Western Caucus Members Participate in Field Hearing on the Importance of Domestic Energy Production

“Federal Energy Production Supports Local Communities”

WASHINGTON, D.C. – Yesterday, the House Committee on Natural Resources hosted a field hearing in Odessa, Texas, on the importance of federal energy production for rural communities in the West. Congressional Western Caucus Vice Chairs Bruce Westerman (AR-04), Pete Stauber (MN-08), and Tom Tiffany (WI-07) and Western Caucus Member August Pfluger (TX-11) participated.

“There’s no reason, no reason whatsoever, that the President of the United States should ever go to Saudi Arabia or Venezuela, or God forbid Russia, or any other place to ask them to make up the supply of energy that we could be producing here at home,” said House Natural Resources Committee Chair and Western Caucus Vice Chair Bruce Westerman. “There should never be another time in our future when the President of the United States depletes the Strategic Petroleum Reserve to lower prices instead of focusing on the real economic issue, and that’s low supply.”

“We have been endowed with the greatest resources in the world, we can use them to keep costs down and lever an international geopolitical advantage,” said House Natural Resources Subcommittee on Energy and Mineral Resources Chair and Western Caucus Vice Chair Pete Stauber. “Unfortunately, even when American operators do it the cleanest in the world and provide tens of millions of dollars to schools, this administration has decreed that oil and gas operators must lose in New Mexico.”

“For those people that are chasing the ‘Green Fantasy,’ the Permian is a problem, and you should smile every day when you go to work knowing that you’re stopping people who want to impoverish Americans with higher energy prices,” said House Natural Resources Subcommittee on Federal Lands Chair and Western Caucus Vice Chair Tom Tiffany. “I hope you smile every day as you continue that robust production in the Permian because you are standing up for the people of the United States of America.”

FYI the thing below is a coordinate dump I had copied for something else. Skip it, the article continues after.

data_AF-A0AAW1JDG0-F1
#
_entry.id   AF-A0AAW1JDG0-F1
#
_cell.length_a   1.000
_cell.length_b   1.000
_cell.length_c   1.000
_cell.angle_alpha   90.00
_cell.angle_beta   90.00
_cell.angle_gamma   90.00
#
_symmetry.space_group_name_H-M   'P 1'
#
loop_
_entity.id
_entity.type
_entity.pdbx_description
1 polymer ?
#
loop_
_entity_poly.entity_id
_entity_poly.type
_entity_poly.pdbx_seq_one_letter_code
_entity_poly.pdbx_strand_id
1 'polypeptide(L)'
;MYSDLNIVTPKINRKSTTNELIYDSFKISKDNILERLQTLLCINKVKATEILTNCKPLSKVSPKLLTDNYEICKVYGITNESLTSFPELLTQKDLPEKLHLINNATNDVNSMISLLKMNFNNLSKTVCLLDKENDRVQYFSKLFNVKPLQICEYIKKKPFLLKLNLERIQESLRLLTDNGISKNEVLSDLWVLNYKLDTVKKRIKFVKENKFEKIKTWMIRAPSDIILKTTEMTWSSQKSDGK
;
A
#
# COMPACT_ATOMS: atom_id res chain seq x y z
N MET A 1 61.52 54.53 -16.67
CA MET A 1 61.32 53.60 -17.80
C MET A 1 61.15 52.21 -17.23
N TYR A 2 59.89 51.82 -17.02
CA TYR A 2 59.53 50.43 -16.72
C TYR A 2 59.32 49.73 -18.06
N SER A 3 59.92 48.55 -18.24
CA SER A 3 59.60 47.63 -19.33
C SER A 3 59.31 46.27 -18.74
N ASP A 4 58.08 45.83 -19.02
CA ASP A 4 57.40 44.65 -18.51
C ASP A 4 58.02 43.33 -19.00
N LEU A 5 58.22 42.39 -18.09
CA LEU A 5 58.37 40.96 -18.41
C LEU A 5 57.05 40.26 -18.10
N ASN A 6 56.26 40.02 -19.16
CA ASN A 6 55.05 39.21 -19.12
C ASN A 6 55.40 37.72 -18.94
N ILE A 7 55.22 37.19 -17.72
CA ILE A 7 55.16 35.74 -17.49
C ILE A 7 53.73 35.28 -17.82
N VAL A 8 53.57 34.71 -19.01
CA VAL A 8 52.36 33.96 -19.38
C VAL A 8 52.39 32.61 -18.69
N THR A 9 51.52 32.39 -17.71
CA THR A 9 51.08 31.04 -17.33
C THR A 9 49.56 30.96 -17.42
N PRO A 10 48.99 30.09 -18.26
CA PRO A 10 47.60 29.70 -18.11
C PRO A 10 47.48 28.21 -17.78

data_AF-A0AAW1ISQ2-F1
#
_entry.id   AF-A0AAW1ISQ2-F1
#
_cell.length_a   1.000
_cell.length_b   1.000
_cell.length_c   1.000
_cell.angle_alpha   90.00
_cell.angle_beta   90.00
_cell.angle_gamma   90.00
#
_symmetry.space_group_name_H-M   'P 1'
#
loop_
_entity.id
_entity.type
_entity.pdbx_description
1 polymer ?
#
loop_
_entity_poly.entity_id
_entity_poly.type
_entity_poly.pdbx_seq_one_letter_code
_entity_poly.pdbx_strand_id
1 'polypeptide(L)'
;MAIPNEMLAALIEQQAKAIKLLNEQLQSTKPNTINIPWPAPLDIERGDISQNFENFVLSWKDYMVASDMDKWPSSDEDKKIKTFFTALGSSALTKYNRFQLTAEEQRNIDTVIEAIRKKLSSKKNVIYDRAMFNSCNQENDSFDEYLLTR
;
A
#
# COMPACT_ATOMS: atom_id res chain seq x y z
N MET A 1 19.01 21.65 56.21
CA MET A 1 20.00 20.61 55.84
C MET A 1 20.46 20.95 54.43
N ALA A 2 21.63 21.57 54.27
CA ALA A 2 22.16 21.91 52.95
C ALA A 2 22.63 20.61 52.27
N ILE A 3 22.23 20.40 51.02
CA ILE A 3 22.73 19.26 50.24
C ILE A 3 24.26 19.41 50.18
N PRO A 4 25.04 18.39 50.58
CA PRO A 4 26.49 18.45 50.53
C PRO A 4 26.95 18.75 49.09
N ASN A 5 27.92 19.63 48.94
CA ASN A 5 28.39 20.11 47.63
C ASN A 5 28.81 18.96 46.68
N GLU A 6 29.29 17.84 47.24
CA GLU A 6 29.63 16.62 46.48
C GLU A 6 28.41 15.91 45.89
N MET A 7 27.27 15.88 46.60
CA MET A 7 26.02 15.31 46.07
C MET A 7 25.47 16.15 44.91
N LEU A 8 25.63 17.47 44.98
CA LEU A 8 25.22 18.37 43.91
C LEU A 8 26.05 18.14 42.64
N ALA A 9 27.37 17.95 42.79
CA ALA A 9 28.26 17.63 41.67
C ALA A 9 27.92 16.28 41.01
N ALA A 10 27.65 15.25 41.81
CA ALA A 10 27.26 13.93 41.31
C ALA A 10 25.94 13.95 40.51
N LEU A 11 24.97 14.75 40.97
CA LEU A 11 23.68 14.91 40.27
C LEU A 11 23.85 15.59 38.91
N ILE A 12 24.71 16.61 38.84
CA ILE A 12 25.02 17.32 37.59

“When looking to supply the energy needs for Americans—our President’s first call should have been to Odessa, Texas—not OPEC+,” said Rep. August Pfluger. “The Permian Basin is the largest secure supply of oil and gas in the entire world and remains a safe harbor of stability and opportunity. Our nation has the energy resources necessary for generations to come thanks to the Permian. However, the region cannot meet the moment without investments to match its strategic importance. By investing in the Permian Basin, America invests in its future—keeping our energy abundant, our economy strong, and our nation secure.”

These Congressional Western Caucus Members and House Natural Resources Republicans heard from three witnesses during the field hearing:

  • Tracee Bentley, President and CEO, Permian Strategic Partnership
  • The Honorable David Gallegos, New Mexico State Senator, District 41
  • Doug Ackerman, President and CEO, New Mexico Oil & Gas Association

“We are in the midst right here of the world’s largest and most secure supply of energy,” said Tracee Bentley. “When we hear rhetoric from Washington, DC, that that’s not important anymore, you can imagine the effect that it has on a region like ours, and of course across the country. But the truth of the matter is, we know that the world is going to need our energy for decades and decades to come, so we keep at it.”

“Right now, we’re spending money recklessly throughout the state because we have an abundance, because of oil and gas,” said Sen. David Gallegos. “You take that out, we’re going to go back to what we’ve historically done, taking money from schools, from public safety, because you have to find some places you can pull back. We have to have a balanced budget every year in the state of New Mexico. Well, when that money’s not there, we have to pull it back from areas that we can.”

“No industry has been more unjustly villianized than oil and gas, on all fronts. Never has a more vital industry to the security of this nation faced a bigger onslaught of attacks,” said Doug Ackerman. “Vague and random ESG policies have shut down financing. From a numbers standpoint, 53-54% of the production within New Mexico is on federal land, the other 35% is on state land. So, when you look at the challenges from the federal and state level, any slowing of lease granting, any feet-dragging on the permitting side, slows down 53-54% of the entire production within the state of New Mexico.”

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